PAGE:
• Open the DetailViewController.m file and edit the viewDidLoad method.
    • This will set the background color of the detail view to match the table view.

Navigating with UINavigationController

  • Now we get to the fun part! Let’s make it work. Open the ItemsViewController.m file.

Pushing view controllers

  • When the user taps on a row what happens?


  • We need to create a DetailViewController and push it on the stack of controllers. The method that runs when a user taps on a row is this.
  • First, we have to make the controller.



    • Don’t forget to #import "DetailViewController.h"
  • Now we need to push the detail controller on top of the controller stack.



  • The full method in ItemsViewController.m
  • Run the app. Create a few rows and then tap on one of the items. The detail view will slide from the right.


  • Now tap on the Back button and the detail view will slide back to the right.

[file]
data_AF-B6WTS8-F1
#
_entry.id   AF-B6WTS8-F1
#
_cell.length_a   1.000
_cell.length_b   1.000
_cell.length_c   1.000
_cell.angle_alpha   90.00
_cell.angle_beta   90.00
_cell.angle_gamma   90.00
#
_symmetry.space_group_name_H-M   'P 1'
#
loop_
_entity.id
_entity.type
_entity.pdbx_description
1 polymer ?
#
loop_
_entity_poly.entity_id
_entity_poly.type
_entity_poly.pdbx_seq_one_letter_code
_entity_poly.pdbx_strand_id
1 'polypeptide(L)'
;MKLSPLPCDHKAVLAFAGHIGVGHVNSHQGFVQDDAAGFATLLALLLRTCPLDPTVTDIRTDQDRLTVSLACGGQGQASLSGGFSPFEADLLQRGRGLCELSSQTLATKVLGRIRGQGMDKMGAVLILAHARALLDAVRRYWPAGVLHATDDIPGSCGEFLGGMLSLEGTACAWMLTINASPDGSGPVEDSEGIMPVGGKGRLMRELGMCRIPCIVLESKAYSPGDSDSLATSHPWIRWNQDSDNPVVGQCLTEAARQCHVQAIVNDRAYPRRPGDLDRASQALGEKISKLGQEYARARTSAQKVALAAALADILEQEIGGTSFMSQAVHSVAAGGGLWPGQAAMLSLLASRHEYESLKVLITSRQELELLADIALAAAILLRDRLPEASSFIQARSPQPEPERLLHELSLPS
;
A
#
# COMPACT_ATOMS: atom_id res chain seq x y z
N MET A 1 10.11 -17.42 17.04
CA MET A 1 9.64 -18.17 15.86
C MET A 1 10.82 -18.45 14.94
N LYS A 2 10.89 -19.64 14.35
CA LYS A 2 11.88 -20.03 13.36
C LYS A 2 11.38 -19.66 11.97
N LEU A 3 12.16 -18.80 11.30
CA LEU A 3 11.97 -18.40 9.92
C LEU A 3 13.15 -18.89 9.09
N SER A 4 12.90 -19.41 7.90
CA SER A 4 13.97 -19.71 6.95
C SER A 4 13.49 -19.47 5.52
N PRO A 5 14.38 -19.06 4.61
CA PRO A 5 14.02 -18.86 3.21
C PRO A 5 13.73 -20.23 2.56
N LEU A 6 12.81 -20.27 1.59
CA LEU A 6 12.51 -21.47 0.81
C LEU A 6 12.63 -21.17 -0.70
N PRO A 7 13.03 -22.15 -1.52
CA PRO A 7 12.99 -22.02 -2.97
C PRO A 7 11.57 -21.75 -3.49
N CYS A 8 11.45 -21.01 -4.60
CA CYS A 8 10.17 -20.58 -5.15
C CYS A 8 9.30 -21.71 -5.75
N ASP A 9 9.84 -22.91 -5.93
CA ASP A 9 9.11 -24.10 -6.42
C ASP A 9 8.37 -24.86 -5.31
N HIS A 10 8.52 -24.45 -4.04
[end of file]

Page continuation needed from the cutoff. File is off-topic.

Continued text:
• Sweet!
  • (Except there’s no data in the detail view. We’ll fix that next.)

Passing data between view controllers

  • The detail view will show the data from one BNRItem. We can also edit the data.
  • The first thing we need to do is have the DetailViewController class have a place to hold one BNRItem. We’ll do this with a property. This needs to be a public property so we declare it in the DetailViewController.h file.
    • We need the @class, too.
  • Switch to the DetailViewController.m file and first import BNRItem.h.
    • (Note: There’s no need to @synthesize properties anymore.)
  • Remember the method that runs whenever a view controller appears? Yup, it’s viewWillAppear:. In this method we will set the data from our BNRItem into the text properties of our UI outlets.